A newly discovered odor receptor on the sperm?s surface could enable researchers to come up with alternative contraceptive methods or ways to boost fertility. According to a 3-year study by Prof. Hans Hatt at Ruhr University, Bochum, Germany, human sperm become excited when exposed to the scent of lily of the valley, doubling their speed and homing in on the aroma. "This is the first time sperm has been shown to respond to smell," he said. "The application of the substances in a salve to the vaginal area could raise the chance of conceiving."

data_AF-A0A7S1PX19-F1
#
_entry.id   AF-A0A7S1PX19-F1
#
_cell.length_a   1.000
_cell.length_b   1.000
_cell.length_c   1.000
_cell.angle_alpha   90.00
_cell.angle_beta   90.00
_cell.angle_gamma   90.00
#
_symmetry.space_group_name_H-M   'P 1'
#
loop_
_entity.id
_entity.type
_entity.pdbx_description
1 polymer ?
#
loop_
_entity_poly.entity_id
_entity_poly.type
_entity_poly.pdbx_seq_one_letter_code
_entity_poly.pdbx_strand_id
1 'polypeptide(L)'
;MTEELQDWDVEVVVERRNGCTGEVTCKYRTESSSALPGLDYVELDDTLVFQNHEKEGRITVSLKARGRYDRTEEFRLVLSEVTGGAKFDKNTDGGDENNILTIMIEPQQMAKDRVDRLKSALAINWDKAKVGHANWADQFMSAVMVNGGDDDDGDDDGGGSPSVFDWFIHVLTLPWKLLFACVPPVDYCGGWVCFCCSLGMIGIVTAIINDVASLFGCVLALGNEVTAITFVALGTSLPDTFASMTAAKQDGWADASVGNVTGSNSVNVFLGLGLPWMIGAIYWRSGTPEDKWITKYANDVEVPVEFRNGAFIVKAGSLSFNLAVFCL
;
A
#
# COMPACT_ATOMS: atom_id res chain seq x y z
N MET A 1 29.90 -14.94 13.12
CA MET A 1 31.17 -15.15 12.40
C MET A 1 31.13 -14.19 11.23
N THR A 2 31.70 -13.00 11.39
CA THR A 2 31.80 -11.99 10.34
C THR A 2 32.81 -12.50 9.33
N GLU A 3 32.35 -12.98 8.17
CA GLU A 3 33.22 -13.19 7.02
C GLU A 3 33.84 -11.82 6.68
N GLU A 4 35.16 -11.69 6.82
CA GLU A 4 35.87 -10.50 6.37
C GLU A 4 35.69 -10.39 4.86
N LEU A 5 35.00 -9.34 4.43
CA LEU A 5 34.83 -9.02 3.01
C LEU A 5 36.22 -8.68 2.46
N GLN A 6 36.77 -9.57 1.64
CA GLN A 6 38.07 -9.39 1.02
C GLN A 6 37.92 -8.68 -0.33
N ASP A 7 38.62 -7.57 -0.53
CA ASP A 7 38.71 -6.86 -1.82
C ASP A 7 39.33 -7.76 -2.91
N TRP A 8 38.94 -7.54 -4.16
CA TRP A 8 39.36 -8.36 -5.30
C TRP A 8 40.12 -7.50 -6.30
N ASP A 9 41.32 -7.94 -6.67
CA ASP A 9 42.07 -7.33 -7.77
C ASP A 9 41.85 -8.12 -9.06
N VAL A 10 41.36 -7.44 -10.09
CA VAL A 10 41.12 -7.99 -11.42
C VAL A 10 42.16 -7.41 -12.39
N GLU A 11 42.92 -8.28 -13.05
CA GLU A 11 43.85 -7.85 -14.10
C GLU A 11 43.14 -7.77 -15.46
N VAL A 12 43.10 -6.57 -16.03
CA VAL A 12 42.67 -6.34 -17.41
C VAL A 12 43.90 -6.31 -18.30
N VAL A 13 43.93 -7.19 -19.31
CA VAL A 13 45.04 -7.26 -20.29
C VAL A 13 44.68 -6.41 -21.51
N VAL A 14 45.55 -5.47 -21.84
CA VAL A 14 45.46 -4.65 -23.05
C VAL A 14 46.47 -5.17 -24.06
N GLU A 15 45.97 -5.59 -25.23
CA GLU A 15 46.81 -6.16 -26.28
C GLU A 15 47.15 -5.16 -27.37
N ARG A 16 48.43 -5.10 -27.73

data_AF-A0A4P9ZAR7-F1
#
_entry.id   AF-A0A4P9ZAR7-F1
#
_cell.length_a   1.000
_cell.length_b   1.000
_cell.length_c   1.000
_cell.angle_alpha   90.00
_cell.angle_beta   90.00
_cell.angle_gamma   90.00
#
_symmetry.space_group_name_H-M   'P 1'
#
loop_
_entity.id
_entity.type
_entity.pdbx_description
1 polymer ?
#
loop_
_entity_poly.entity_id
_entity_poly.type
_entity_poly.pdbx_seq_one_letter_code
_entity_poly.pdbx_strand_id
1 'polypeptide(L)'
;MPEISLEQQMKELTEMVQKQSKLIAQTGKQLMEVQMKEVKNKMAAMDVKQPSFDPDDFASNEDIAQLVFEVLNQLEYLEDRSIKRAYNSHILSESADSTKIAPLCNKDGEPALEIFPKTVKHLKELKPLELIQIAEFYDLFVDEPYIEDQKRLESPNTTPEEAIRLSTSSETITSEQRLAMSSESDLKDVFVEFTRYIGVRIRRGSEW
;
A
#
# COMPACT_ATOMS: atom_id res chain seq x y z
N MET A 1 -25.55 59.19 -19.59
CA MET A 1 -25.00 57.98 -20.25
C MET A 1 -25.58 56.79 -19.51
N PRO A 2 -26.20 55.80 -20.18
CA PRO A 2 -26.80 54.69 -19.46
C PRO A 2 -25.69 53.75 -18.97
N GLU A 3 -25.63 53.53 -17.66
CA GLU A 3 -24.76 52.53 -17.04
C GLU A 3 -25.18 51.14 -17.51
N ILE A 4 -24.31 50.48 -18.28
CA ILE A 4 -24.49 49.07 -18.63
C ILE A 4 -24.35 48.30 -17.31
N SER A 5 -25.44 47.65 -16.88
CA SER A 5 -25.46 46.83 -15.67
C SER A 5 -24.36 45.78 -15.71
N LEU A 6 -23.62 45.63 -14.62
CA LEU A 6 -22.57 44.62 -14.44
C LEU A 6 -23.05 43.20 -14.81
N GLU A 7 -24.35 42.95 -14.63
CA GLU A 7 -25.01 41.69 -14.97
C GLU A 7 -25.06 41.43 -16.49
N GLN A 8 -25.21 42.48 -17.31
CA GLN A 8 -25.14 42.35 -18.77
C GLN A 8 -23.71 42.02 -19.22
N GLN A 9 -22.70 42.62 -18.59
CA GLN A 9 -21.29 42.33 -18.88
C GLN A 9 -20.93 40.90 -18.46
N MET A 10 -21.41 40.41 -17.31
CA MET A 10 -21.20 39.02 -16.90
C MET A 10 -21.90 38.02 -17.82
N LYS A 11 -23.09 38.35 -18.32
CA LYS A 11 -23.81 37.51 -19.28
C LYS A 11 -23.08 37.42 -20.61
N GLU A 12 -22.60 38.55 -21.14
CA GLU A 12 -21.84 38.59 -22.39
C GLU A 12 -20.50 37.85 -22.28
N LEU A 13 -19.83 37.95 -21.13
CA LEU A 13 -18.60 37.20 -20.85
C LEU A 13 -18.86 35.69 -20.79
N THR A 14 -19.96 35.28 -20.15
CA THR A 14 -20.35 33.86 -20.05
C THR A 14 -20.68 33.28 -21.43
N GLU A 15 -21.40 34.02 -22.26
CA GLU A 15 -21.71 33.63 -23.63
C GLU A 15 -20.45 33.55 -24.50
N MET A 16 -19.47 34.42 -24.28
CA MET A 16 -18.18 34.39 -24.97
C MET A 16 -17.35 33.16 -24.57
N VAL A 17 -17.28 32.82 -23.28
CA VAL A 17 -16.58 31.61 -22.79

Receptors in the sperm?s membranes are attached to 2 chemical compounds, cyclamal and bourgeonal, which are used in the cosmetics industry to imitate the plant?s smell. He also hypothesizes that another compound, undecanal, blocked the attraction and could be used for contraceptive purposes.
In Seniors: Consider CMV Serostatus
When Recommending Flu Vaccine
Older people who have cytomegalovirus seem to have less robust responses to the trivalent influenza vaccine than those who do not have CMV.
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